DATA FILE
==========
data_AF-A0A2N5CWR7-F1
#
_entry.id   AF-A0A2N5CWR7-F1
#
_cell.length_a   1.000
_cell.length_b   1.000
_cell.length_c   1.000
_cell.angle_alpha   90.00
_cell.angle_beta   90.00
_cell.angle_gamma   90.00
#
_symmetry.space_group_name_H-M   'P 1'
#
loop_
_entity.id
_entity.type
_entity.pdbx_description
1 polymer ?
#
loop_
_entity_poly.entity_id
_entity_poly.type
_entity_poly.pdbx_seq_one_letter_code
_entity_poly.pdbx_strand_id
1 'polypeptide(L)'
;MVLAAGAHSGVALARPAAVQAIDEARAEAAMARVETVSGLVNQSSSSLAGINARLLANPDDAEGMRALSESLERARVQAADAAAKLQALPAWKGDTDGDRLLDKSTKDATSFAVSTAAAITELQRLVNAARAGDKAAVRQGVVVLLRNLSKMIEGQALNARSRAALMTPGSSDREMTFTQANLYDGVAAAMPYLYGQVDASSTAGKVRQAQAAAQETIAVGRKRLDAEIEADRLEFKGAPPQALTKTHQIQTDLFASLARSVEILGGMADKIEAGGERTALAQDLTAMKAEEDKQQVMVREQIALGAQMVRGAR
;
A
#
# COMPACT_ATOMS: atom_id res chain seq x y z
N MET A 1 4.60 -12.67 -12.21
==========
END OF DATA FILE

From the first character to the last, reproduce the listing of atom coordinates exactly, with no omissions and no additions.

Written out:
data_AF-A0A2N5CWR7-F1
#
_entry.id   AF-A0A2N5CWR7-F1
#
_cell.length_a   1.000
_cell.length_b   1.000
_cell.length_c   1.000
_cell.angle_alpha   90.00
_cell.angle_beta   90.00
_cell.angle_gamma   90.00
#
_symmetry.space_group_name_H-M   'P 1'
#
loop_
_entity.id
_entity.type
_entity.pdbx_description
1 polymer ?
#
loop_
_entity_poly.entity_id
_entity_poly.type
_entity_poly.pdbx_seq_one_letter_code
_entity_poly.pdbx_strand_id
1 'polypeptide(L)'
;MVLAAGAHSGVALARPAAVQAIDEARAEAAMARVETVSGLVNQSSSSLAGINARLLANPDDAEGMRALSESLERARVQAADAAAKLQALPAWKGDTDGDRLLDKSTKDATSFAVSTAAAITELQRLVNAARAGDKAAVRQGVVVLLRNLSKMIEGQALNARSRAALMTPGSSDREMTFTQANLYDGVAAAMPYLYGQVDASSTAGKVRQAQAAAQETIAVGRKRLDAEIEADRLEFKGAPPQALTKTHQIQTDLFASLARSVEILGGMADKIEAGGERTALAQDLTAMKAEEDKQQVMVREQIALGAQMVRGAR
;
A
#
# COMPACT_ATOMS: atom_id res chain seq x y z
N MET A 1 4.60 -12.67 -12.21